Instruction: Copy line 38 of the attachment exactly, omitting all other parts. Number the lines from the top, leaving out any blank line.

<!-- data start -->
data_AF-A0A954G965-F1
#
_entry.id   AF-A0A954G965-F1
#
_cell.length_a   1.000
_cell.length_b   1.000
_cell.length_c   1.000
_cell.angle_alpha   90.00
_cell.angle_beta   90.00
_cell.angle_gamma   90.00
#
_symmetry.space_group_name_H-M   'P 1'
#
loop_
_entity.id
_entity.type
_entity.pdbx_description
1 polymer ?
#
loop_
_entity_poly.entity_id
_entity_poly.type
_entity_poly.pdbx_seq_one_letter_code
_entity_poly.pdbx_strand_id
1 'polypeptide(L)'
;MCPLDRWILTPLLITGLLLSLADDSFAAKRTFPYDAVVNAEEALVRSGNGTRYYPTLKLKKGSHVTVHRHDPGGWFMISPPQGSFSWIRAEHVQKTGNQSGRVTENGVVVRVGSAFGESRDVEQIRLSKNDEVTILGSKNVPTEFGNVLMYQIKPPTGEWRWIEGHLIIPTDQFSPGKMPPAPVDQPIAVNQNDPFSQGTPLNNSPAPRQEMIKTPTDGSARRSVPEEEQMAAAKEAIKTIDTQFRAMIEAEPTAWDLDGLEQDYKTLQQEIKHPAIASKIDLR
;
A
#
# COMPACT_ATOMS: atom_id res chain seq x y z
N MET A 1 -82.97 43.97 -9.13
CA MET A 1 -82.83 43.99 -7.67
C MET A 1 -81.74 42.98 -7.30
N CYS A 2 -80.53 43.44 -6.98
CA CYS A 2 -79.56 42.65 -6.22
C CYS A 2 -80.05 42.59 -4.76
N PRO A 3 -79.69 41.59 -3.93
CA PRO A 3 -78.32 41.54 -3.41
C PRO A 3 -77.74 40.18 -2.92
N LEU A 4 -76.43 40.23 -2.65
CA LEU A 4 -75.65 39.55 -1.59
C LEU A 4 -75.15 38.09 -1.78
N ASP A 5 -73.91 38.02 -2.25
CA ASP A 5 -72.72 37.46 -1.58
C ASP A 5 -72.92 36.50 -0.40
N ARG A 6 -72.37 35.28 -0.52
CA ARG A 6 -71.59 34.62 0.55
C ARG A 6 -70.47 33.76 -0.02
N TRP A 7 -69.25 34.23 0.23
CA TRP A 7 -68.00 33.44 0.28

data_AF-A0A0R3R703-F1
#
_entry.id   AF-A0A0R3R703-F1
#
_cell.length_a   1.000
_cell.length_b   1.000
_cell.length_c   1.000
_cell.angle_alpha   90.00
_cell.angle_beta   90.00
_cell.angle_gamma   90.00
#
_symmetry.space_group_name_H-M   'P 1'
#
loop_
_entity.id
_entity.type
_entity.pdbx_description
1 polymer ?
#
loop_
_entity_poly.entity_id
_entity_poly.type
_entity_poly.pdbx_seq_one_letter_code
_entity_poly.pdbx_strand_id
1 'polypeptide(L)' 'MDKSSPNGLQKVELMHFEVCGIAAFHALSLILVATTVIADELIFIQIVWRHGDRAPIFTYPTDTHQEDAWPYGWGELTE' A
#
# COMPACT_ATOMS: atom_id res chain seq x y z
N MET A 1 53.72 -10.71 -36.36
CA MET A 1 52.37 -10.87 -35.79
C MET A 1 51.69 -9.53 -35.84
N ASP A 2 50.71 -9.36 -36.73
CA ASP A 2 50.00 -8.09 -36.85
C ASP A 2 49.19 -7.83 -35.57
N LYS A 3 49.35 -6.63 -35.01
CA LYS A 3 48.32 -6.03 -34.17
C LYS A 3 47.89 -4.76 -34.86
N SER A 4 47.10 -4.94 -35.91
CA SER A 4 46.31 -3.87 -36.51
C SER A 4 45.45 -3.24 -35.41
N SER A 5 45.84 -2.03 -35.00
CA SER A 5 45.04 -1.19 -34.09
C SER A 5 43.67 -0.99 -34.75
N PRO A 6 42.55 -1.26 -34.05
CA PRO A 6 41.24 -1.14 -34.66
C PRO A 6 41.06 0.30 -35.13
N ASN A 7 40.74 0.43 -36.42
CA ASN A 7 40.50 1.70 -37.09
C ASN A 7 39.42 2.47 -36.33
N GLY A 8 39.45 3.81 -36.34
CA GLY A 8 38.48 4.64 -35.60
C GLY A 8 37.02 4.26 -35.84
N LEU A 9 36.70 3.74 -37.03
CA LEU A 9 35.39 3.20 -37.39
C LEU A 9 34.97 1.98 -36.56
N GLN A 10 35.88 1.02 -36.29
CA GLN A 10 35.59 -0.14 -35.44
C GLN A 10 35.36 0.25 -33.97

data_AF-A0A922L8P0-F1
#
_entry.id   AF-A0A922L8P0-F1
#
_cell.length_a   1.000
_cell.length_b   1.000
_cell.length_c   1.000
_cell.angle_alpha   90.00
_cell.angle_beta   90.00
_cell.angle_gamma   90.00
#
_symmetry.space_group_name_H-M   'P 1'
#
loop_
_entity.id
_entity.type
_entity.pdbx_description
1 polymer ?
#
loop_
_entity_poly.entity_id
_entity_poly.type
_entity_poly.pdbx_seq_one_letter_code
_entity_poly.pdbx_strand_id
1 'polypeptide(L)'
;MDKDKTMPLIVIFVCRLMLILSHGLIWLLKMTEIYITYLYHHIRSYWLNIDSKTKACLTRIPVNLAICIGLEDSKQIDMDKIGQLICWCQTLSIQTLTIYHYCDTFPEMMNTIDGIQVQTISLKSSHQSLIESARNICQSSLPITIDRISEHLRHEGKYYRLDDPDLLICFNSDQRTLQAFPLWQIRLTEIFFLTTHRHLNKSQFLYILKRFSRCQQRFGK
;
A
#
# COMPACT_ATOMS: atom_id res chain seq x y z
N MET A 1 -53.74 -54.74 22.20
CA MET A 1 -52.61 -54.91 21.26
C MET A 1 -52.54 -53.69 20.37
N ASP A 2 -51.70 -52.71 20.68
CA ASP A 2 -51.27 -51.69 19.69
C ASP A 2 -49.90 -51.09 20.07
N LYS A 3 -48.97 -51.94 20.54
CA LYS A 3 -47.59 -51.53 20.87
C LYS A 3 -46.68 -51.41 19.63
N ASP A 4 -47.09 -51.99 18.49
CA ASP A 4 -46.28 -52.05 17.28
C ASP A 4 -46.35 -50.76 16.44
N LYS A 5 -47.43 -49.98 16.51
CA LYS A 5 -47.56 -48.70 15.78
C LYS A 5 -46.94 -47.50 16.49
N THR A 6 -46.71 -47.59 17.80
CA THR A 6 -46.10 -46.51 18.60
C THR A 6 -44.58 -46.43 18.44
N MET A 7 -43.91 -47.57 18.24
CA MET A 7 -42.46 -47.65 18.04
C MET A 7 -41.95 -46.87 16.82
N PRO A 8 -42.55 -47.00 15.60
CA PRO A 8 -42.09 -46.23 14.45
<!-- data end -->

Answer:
CA PRO A 3 -78.32 41.54 -3.41